Not Person: Well, I think you should stop.
Me: Okay, but you’re not gonna like it.
Not Person: …Why?
Me: Because I made YOU up, and…
Not Person: No, wait!
Me: …If I stop…
Not Person: …I take it back!
Me: … you stop.
Not Person: Nooooooooooooo!
Not Person disappears into a puff of existential smoke. Other Person steps into the elevator.
Other Person: Why are you talking to yourself?
Me: You wouldn’t understand. … Can you push floor 3?
Other Person pushes the button and steps to the side.
Other Person: Stupid, drunk, homeless people.
Me: Hey! I’m not homeless.
Other person: You sure smell like it.
The doors close. The elevator goes away.
Two men step into a crowded elevator.
Man #1: You should just give up and get contacts. They really are better than glasses.
Man #2: No way. I’d have to start washing my hands.
Man #1: …You mean more, right? You’d have to wash your hands … more?
Man #2: No.
Everyone in the elevator steps to the side opposite Man #2.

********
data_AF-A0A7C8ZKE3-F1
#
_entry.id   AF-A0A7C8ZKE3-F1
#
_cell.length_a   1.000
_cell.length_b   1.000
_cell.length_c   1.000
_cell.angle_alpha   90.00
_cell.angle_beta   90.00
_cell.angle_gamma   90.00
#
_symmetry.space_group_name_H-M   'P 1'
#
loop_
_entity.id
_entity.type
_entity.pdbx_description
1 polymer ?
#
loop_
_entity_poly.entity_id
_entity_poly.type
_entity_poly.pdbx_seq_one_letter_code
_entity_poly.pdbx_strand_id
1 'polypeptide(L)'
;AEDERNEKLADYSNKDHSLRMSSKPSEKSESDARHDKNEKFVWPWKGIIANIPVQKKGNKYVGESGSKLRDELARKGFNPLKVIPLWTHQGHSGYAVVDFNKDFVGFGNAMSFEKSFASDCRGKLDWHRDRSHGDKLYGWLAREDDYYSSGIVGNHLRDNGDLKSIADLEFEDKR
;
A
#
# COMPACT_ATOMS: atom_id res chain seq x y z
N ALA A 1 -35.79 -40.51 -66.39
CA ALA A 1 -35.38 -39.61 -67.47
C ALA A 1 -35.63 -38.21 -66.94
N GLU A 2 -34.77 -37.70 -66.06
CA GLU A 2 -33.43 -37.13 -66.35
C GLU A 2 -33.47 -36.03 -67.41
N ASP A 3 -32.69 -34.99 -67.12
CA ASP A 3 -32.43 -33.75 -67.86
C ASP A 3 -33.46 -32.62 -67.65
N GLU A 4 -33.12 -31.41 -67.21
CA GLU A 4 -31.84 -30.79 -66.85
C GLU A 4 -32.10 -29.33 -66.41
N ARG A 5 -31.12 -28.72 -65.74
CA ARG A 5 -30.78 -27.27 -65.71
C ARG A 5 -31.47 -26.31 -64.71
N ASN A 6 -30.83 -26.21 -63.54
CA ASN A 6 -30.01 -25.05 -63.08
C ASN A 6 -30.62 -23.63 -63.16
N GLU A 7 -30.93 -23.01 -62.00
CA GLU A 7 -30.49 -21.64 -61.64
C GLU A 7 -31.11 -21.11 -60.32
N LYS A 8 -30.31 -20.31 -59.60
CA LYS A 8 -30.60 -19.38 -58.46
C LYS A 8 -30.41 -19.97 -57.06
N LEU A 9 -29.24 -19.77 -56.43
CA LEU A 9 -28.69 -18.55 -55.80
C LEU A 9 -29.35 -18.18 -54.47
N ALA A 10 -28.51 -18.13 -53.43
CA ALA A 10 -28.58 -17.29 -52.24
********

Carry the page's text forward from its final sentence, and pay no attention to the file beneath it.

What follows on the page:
I stood next to the elevator, holding my hat in one hand; my cell phone in the other. A lady approaches, pushes the button. She sees my hat and her eyes go wide.
Lady: We’re not supposed to wear hats
Me: It’s okay. I’m not wearing it.
Lady: We’re not supposed to wear hats!
Me: It’s okay … I’m not wearing it.
Lady: I’m telling someone.
Me: But….I’m not …
Lady (angrily): We’re not supposed to wear hats.
She storms off, just as the elevator arrives.
Me: I don’t even work here, Lady….
Two men standing in an elevator. One has a large bruise on his forehead.
Man #1: Dude. What happened to your face?
Man #2: Oh nothing. I just fell asleep in the shower and knocked my head against the faucet.
Man #1: Wow. I bet that woke you up.pretty quick, huh?